RARA-AVIS: Noir definition from the movies

From: sethharwoodpodcast ( seth@sethharwood.com)
Date: 17 Jul 2007

Ok, so maybie it's not kosher and it's probably bad form to start off my first post here with a reference to a movie, especially if I'm posting at 4:15 because I can't sleep, but here goes. I've got to say it. I think Noir is best defined by the movie "Le Samourai" from 1967. It's French but don't think that makes me real Frenchy or anything (not that there's anything wrong with that). But it's about one of the coolest noir movies I've seen. And I think cool is important here as a part of the Noir definition, not in the overused sense that everything is "cool" these days, but in the sense that nothing can flap the main character, the assassin, play by Alain Delon. He doesn't, won't open his mouth to say too much or let anything out to anyone--in the face of the law, other killers, the guy he's working for, whoever. Impossibly, in some cases. That's cool in the sense of the original form of the word in slang: the idea that it's opposed to hot, it's immovable. That's noir.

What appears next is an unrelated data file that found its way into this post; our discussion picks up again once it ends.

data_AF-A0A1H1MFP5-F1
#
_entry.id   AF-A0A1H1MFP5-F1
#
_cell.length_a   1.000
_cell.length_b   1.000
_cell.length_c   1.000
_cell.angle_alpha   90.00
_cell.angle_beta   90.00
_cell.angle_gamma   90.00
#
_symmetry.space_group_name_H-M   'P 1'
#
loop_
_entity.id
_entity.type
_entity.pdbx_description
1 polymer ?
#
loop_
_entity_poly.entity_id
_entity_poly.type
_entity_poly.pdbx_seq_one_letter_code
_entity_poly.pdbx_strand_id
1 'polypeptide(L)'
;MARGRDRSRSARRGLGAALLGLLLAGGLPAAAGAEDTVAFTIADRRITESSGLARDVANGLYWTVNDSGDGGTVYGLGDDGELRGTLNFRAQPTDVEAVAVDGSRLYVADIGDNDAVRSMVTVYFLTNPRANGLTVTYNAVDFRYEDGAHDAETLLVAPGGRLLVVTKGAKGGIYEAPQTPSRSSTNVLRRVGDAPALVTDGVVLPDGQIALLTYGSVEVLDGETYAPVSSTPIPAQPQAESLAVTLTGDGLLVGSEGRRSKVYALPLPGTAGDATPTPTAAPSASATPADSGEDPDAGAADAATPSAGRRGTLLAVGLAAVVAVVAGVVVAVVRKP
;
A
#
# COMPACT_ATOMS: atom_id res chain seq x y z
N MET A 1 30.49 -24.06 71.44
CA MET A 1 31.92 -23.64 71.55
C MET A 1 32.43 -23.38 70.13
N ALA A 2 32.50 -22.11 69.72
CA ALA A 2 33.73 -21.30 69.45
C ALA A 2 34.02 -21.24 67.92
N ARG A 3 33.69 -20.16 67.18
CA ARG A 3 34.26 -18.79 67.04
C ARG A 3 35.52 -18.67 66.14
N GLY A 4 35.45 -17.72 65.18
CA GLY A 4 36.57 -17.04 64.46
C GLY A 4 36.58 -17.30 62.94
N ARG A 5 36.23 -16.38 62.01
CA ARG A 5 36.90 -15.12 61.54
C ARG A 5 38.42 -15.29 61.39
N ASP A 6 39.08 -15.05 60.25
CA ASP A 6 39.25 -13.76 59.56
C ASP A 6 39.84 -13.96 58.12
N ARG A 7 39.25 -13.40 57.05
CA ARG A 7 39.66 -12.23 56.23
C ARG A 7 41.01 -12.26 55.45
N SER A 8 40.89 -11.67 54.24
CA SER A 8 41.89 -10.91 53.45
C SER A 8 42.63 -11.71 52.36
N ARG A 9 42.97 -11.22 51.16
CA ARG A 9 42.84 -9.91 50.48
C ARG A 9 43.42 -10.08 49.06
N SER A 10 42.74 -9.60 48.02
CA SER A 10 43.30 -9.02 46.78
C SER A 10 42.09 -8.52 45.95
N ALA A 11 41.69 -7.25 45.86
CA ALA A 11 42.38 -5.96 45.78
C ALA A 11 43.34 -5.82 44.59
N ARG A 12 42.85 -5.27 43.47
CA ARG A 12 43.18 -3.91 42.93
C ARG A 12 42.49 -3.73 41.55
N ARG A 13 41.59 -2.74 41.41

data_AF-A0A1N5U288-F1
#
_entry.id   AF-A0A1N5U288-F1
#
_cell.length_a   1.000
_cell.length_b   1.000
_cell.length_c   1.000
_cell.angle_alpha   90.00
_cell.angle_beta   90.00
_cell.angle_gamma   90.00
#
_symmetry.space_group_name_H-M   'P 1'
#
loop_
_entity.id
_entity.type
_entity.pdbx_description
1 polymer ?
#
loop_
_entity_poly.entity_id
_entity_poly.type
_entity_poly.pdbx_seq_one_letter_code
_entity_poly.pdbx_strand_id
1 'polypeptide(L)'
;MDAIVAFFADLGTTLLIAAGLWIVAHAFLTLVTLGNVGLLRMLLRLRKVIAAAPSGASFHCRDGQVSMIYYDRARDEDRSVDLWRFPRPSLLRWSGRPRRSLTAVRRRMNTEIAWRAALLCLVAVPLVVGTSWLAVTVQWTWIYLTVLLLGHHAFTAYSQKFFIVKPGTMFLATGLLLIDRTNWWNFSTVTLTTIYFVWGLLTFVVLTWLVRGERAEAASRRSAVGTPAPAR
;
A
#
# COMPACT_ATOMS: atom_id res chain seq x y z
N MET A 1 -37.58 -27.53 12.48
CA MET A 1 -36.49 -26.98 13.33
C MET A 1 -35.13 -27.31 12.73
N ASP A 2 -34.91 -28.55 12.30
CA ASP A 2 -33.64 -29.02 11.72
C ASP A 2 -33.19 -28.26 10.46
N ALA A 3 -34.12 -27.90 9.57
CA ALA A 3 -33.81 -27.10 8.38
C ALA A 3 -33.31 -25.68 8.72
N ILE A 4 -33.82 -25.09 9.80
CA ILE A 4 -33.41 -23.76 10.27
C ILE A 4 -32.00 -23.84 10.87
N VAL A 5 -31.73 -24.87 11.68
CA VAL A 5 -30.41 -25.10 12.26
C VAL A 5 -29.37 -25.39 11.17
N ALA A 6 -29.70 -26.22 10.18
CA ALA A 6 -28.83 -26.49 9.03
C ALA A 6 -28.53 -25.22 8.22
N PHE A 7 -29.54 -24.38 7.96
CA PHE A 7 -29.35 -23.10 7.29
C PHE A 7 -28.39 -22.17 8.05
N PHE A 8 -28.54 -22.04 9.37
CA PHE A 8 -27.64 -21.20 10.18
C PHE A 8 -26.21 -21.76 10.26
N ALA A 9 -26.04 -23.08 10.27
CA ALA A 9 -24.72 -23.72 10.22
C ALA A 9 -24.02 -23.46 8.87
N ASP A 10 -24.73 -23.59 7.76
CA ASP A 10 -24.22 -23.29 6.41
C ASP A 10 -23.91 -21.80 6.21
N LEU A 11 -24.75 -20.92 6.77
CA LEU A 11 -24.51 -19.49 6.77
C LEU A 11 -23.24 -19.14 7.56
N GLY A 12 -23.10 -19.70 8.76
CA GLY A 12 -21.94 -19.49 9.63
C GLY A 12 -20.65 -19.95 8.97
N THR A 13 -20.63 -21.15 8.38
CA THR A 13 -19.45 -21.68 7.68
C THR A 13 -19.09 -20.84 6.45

Why's it called Le Samourai? Dunno. But there're no swords here, only guns. And the reference/analogy is well placed.

That's my first post. Been listening in for a while. Now I'm a member, official.

Seth Harwood Jack Palms Crime

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